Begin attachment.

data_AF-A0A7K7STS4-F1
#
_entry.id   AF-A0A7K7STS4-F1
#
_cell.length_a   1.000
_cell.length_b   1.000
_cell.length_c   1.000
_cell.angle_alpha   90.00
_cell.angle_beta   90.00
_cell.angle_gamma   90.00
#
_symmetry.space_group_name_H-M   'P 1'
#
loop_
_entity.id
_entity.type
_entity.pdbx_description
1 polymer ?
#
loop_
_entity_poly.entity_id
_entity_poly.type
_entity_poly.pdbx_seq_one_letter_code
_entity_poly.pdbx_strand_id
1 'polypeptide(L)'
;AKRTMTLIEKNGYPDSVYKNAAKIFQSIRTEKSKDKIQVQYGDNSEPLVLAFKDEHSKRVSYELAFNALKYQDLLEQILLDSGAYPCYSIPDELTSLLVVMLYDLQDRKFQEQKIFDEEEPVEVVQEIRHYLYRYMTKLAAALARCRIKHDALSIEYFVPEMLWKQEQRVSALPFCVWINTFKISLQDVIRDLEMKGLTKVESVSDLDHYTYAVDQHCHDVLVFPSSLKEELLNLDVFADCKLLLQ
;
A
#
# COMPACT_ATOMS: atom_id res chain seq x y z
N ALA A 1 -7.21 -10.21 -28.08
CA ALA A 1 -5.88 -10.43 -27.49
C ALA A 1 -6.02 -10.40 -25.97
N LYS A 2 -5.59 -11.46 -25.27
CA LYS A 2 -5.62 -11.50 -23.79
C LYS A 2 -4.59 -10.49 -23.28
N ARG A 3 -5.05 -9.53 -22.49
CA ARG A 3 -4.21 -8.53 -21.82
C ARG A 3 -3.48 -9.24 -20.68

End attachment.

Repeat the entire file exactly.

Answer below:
data_AF-A0A7K7STS4-F1
#
_entry.id   AF-A0A7K7STS4-F1
#
_cell.length_a   1.000
_cell.length_b   1.000
_cell.length_c   1.000
_cell.angle_alpha   90.00
_cell.angle_beta   90.00
_cell.angle_gamma   90.00
#
_symmetry.space_group_name_H-M   'P 1'
#
loop_
_entity.id
_entity.type
_entity.pdbx_description
1 polymer ?
#
loop_
_entity_poly.entity_id
_entity_poly.type
_entity_poly.pdbx_seq_one_letter_code
_entity_poly.pdbx_strand_id
1 'polypeptide(L)'
;AKRTMTLIEKNGYPDSVYKNAAKIFQSIRTEKSKDKIQVQYGDNSEPLVLAFKDEHSKRVSYELAFNALKYQDLLEQILLDSGAYPCYSIPDELTSLLVVMLYDLQDRKFQEQKIFDEEEPVEVVQEIRHYLYRYMTKLAAALARCRIKHDALSIEYFVPEMLWKQEQRVSALPFCVWINTFKISLQDVIRDLEMKGLTKVESVSDLDHYTYAVDQHCHDVLVFPSSLKEELLNLDVFADCKLLLQ
;
A
#
# COMPACT_ATOMS: atom_id res chain seq x y z
N ALA A 1 -7.21 -10.21 -28.08
CA ALA A 1 -5.88 -10.43 -27.49
C ALA A 1 -6.02 -10.40 -25.97
N LYS A 2 -5.59 -11.46 -25.27
CA LYS A 2 -5.62 -11.50 -23.79
C LYS A 2 -4.59 -10.49 -23.28
N ARG A 3 -5.05 -9.53 -22.49
CA ARG A 3 -4.21 -8.53 -21.82
C ARG A 3 -3.48 -9.24 -20.68